Teenage Depression

Adolescence is intense. And it’s no wonder that statistics indicate 1 in 8 teens experiences depression at some point.

If you’re reading this, then you’re either know a potentially depressed teen or you are a potentially depressed teen. But those are two extraordinarily different audiences. To that end, on this page, you’ll find two different sections.

If you are concerned about a teen you know who may be struggling with depression, then right right along.

And if you are a teen struggling with depression, then follow this link to the bottom of this article where I have a special message for you.

teenage depression by nikkotine

What to Do If a Teen You Know is Struggling With Depression

It can be difficult to distinguish between normal adolescent behaviors and out-and-out depression. A certain amount of alienation and hormone-enhanced ups and downs come with the territory of being a teen.

However, there are a ton of warning signals that can indicate a deeper problem than typical adolescent alienation. Here are some potential signs of teenage depression:

  • Withdrawal from loved ones, friends and activities
  • Sullen, downward-looking body language
  • Lethargic behavior, oversleeping, difficulty getting out of bed
  • Crying, weeping, emotional outbursts
  • Irregular eating habits

Note well: none of these potential warning signs absolutely indicates your teen is fighting depression. But if you seen a combination of several of these factors, then it’s good to be watchful.Teen depression sea fantasy by evereden

If a teen you know is exhibiting clear signs of depression, here are some pointers for how to approach the situation.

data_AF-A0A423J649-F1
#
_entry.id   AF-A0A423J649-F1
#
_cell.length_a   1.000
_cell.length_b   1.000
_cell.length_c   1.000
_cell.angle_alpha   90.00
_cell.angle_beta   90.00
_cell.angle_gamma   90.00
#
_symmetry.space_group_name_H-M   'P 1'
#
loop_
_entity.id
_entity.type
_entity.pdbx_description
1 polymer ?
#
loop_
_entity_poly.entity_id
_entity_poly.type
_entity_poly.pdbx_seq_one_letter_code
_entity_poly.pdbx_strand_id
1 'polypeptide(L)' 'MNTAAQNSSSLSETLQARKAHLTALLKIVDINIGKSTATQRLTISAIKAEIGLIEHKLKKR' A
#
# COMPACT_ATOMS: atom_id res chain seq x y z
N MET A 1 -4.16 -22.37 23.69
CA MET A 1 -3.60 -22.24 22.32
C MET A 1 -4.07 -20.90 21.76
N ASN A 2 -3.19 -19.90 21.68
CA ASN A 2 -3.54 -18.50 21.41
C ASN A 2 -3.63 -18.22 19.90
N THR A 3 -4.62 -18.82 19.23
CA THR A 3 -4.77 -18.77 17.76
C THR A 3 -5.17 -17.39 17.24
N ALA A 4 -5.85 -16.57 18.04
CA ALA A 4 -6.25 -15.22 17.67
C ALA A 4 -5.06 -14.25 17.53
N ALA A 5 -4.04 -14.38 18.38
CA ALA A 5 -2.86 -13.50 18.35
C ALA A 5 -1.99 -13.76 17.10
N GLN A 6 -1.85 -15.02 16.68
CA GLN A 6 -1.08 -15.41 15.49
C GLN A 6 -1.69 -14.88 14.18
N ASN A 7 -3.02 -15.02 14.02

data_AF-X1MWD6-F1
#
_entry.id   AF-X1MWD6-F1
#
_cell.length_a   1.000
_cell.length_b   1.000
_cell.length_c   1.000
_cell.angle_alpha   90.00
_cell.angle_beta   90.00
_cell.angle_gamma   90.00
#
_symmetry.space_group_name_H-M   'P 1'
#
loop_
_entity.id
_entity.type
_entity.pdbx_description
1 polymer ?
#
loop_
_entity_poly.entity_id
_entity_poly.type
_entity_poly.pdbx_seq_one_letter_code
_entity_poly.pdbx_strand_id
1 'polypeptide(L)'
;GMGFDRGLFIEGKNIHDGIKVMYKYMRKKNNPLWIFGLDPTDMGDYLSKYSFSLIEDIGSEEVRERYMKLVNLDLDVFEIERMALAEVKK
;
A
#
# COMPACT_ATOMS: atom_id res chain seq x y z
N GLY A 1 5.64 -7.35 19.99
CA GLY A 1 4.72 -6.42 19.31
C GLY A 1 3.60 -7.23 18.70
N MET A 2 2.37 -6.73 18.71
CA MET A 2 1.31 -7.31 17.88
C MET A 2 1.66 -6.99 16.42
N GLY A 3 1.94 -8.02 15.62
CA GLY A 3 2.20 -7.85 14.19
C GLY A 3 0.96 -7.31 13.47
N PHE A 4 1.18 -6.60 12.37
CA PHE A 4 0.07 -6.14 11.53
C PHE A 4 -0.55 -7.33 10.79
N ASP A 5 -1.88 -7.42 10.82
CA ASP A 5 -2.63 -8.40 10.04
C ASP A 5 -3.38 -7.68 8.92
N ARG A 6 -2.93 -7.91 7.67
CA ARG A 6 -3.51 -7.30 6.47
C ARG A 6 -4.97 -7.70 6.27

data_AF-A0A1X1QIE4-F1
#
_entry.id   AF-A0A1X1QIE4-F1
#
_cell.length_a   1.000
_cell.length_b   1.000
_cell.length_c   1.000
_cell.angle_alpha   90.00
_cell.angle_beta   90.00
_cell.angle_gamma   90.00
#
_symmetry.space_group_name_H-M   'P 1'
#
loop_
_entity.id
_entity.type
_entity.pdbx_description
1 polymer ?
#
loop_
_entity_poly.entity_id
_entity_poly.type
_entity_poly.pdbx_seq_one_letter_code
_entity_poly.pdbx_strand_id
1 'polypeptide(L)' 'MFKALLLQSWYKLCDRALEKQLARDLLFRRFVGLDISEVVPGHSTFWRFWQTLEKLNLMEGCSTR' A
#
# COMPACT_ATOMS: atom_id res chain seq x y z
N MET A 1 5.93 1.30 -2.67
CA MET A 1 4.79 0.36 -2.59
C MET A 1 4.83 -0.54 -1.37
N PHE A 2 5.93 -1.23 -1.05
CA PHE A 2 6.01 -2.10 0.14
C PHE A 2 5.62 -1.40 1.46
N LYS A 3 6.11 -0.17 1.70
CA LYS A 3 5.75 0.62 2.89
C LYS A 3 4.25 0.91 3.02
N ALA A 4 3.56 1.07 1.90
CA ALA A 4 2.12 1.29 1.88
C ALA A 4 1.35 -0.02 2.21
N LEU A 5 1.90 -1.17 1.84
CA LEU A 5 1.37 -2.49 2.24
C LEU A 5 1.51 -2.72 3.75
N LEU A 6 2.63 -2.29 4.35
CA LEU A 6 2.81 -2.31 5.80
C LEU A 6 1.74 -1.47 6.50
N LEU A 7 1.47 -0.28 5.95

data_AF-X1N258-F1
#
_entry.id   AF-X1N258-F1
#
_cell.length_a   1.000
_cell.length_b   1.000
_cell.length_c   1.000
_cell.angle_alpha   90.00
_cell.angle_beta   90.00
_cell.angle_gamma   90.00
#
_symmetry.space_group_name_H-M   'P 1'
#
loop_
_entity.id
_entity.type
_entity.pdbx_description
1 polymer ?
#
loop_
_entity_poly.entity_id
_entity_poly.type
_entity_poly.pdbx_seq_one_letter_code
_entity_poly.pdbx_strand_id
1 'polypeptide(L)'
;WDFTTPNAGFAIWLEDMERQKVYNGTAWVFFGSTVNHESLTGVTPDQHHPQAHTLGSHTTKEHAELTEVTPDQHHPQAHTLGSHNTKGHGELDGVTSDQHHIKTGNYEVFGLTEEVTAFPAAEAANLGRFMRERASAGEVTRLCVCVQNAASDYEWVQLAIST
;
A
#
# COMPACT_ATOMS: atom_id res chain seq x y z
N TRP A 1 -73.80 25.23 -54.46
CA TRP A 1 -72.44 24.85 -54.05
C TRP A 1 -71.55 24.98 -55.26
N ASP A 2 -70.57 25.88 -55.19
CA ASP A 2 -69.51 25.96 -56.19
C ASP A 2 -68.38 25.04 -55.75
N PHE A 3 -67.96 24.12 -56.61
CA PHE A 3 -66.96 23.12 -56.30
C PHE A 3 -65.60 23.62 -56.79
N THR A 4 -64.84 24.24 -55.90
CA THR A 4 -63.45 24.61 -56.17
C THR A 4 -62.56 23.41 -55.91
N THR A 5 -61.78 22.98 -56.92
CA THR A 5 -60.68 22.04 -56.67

First off, no matter what teens may say or how they may act, the best thing you can do is spend time with them.

Particularly when a teen is battling depression, it can be hard to get them to acquiesce to spending more time with you. Whether you’re a parent or a concerned friend, your most important job is to help the teen know that you’re there for them and that you love them.

Beyond the most important base level of spending as much time with the teen as you can, you can also learn everything you can about healing depression naturally so you can provide gentle advice and ideas for things they can incorporate into their life to feel better.

Drug and alcohol abuse commonly accompanies teen depression. You can provide a counterbalance to these negative means of managing feelings by encouraging the teen to eat healthy foods, exercise, take up some type of spiritual practice or give some form of community service.

Diet is a particularly powerful point of leverage for helping teens who are struggling with depression. The teenage body undergoes a huge array of major changes as hormones flow in increased volumes through the bloodstream. Every common physical change that accompanies adolescence hints at the volatility of the teenage body. And so, every piece of food that a teenager eats either supports or undermines the health of that stressed body.

Much of the acne that teens notoriously suffer from could be mitigated and even eliminated by simple dietary changes like eliminating processed foods, eating more fresh fruits and vegetables and decreasing dairy and meat intake.

Helping a teen learn more about health and nutrition can absolutely help them deal with the depression they may be experiencing.

Finally, recognize that feelings of sadness, frustration, anger and hopelessness are valid responses to the world teenagers encounter.

It’s tough being a teen.

You want to be fully independent so you can do what you want when you want to do it, and yet there’s so much you don’t yet know about yourself and the world. Our systems of education, economics and government don’t always understand the adolescent predicament. As an adult, you can reach out to your teen and let them know that yes, the world is sometimes pretty crazy and you’re there to laugh and learn with them.

Teen Depression

A Message Directly for Teens Regarding Depression

Hey. I’m directing this message to any teenagers who are currently battling with depression. I just want to share some of my personal story with you in the hopes that it helps you know that no matter how tough your life may be right now, things can absolutely get better.

When I was a teenager, I lived in a nondescript suburban setting attending public schools and doing the things normal teens are supposed to do. School, extracurricular activities, spending time with friends, learning about the opposite sex, sports, doing stuff for fun, family activities. You know the drill.